Immigration and Facebook

As an immigration lawyer, I advise couples applying for marriage-based green cards. This includes advising them as to what type of documentation they need to submit to show that they have the sorts of things that married people usually have (i.e. joint accounts, auto insurance, etc.) Now I need to see what their Facebook profile looks like too.

The Office of Fraud Detection and National Security, of the United States Citizenship and Immigration Service (USCIS), is advising its investigators to go out and try to "friend" persons suspected of visa or other immigration fraud. The Electronic Frontier Foundation obtained an internal USCIS memorandum through a Freedom of Information Act request, that explains how investigators could use social media to find out more.

The memo explains:

Narcissistic tendencies in many people fuels a need to have a large group of "friends" link to their pages and many of these people accept cyber-friends that they don't even know. This provides an excellent vantage point for FDNS to observe the daily life of beneficiaries and petitioners who are suspected of fraudulent activities. Generally, people on these sites speak honestly in their network because all of their friends and family are interacting with them via lM's (Instant Messages), Blogs (Weblog journals), etc. This social networking gives FDNS an opportunity to reveal fraud by browsing these sites to see if petitioners and beneficiaries are in a valid relationship or are attempting to deceive CIS about their relationship. Once a user posts online, they create a public record and timeline of their activities. In essence, using MySpace and other like sites is akin to doing an unannounced cyber "site-visit" on petitioners and beneficiaries.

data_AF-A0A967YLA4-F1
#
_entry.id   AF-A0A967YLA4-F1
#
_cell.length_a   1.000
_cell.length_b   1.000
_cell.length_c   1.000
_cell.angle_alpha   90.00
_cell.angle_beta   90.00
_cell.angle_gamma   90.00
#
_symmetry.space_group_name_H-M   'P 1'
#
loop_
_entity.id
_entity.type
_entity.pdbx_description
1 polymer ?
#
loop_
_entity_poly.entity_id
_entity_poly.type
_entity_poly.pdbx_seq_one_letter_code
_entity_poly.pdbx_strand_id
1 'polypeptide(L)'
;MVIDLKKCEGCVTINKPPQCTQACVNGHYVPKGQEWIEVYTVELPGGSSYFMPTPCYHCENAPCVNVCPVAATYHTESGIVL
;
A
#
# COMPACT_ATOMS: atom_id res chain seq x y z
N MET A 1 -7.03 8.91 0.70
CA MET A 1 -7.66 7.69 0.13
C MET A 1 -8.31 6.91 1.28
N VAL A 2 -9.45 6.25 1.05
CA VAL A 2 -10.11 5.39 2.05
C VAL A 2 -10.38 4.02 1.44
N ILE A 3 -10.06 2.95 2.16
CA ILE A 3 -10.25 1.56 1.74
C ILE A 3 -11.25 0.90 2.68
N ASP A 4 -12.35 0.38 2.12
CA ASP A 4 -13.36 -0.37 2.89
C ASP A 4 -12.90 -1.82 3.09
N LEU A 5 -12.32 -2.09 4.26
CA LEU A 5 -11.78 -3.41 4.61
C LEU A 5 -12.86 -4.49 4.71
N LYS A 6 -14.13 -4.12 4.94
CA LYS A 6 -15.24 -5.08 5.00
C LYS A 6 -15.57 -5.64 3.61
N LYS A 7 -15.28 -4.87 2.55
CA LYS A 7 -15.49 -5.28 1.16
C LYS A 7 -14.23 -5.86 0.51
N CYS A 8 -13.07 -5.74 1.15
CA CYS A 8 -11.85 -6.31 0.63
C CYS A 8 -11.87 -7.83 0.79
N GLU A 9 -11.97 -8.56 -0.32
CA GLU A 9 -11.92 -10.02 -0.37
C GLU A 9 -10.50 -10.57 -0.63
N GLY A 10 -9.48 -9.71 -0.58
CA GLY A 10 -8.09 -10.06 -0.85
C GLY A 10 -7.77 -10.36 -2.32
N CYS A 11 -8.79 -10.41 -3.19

The memo lists the most popular social networking sites in the U.S., such as Facebook, Myspace, Classmates, and Hi-5, as well as sites across the world. Investigators are provided step-by-step instructions as to how to "friend" someone. The memo does not advise investigators to misrepresent themselves, but I wonder whether that investigator's own profile lists their employment as a USCIS Fraud Detection investigator.

Remember when your online "narcissistic tendencies" were limited to Googling yourself? And what has become of the wisecrack "If you read it online, it must be true." I guess if you posted it yourself on a social networking site, it must be true. By now, we should all know that anything sent via e-mail or posted online remains on the internet, somewhere, FOREVER.

Read the memo below:

USCIS FDNS Social Networking Site Memo

Marriage-Based Green Cards / by Michelle Gee